The real reasons behind Google's decision to say Hello Moto...
Google's plans to buy Motorola Mobility should surprise nobody. Motorola is an obvious target for acquisition in the hyper-competitive, cut-throat mobile market, its star having faded somewhat since the glory days of the Razr.
Analyst house Gartner's latest report on the mobile device market shows Motorola in eighth place in the second quarter of this year, with just a 2.4 per cent market share. On top of that, the company has been Android-only since 2008, making it an easy fit for Google.
The rapid success of Android in the mobile space - beating its way to the top of the smartphone OS charts with a 43.4 per cent market share in the second quarter of this year - has not been without its challenges. Not least is that working with handset makers has meant Google has ceded some control over hardware and software, and as such the result has not always been the kind of Android experience Google wants to create.
Android has been accused of fragmentation, with multiple versions of the operating system being used on different devices. And often handsets are not updated to the latest and greatest version of the OS - some remaining siloed in older versions of Android, frustrating users who are cut off from new features.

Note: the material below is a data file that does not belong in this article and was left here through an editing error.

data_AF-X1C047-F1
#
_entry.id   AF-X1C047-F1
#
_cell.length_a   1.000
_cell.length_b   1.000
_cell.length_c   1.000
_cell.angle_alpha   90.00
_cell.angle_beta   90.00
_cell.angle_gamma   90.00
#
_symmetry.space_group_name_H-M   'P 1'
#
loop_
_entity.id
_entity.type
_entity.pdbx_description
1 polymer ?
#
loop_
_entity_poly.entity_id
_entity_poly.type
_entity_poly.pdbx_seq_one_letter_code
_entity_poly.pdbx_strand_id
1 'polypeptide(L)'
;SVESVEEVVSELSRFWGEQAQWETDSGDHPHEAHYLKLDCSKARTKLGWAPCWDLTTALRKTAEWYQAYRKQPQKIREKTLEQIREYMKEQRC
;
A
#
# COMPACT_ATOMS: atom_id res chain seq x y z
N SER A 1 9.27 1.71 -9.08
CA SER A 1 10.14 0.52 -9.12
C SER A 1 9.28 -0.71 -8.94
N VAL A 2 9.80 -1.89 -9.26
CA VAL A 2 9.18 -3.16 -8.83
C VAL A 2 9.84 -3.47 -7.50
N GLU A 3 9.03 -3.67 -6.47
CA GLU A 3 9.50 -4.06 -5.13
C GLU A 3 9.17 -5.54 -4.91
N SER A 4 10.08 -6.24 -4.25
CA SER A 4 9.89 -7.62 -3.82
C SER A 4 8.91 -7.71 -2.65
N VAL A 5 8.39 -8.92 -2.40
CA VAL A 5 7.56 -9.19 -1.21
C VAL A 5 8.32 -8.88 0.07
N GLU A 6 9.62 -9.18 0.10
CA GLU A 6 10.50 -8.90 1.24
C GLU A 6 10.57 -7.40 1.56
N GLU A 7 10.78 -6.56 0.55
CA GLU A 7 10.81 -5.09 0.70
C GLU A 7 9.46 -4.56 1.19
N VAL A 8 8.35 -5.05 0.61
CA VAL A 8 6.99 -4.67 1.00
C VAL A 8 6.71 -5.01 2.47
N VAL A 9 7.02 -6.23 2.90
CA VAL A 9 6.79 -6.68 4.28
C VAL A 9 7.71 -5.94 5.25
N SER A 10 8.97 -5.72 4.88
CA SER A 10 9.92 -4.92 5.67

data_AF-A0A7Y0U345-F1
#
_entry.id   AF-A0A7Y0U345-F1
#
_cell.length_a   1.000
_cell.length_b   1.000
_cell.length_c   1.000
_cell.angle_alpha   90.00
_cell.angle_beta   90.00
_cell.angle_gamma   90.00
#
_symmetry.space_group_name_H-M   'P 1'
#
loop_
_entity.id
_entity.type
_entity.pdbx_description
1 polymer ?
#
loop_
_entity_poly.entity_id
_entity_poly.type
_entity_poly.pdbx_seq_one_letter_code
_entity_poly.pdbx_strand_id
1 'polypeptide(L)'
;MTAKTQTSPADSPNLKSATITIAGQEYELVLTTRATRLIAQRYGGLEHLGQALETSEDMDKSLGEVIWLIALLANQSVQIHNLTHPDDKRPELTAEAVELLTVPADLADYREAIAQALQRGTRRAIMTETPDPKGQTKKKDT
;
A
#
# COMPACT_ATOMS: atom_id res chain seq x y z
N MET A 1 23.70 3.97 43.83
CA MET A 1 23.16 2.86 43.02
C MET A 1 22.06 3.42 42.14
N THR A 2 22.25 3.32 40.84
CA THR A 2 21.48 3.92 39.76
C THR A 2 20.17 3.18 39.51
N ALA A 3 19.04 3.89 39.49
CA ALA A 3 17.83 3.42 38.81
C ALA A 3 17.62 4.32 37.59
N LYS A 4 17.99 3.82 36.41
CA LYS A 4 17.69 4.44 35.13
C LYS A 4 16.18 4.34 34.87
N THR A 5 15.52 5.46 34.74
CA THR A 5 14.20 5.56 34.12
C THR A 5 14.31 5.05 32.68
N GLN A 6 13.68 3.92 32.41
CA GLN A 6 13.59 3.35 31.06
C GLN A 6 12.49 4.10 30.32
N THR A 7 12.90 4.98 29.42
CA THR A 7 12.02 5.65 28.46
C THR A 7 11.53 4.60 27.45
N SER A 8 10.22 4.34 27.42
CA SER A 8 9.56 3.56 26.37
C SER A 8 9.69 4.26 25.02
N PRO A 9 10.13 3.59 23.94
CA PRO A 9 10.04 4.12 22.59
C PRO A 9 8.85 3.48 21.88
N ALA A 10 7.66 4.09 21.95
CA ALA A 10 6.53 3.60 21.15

Proprietary skins on top of Android devices enable fancy graphics and other bells and whistles - but they can also slow the experience down, making it sluggish and cumbersome, the opposite of what Google surely wants to achieve. Such complications are the opposite of the simplicity of Apple's iOS, Google's big rival in the smartphone space. Buying Motorola gives Google greater influence over how its software is used, and gives it a better way of challenging Apple.
Indeed, Apple, HP - with its webOS, RIM and now Google can all offer an integrated stack of hardware and software, suggesting they think this gives them a real advantage in terms of creating innovative devices.
The big Android phone makers - HTC, LG, Samsung and Sony Ericsson - have all welcomed the move as "defending Android", but it would be understandable if they were worried about Google having it's own mobile hardware division. Google insists Android will remain open, but how open exactly?
Two-tier Android ecosystem
By pocketing Motorola there is a risk Google could create a two-tier Android ecosystem. The risk then is of other mobile makers cooling on the platform - if they see themselves being downgraded to second-class citizens of the Android ecosystem.
"I think that is a very real possibility," says Ovum analyst Nick Dillon. "If Google do start providing preferential access to code or whatever else to their own handset business then that could seriously upset the Android ecosystem. It's a big risk to the handset makers who are using Android and may cause them to reassess their commitment to the platform and potentially look outside the platform to other alternatives."
Being open source has meant Google has benefited from...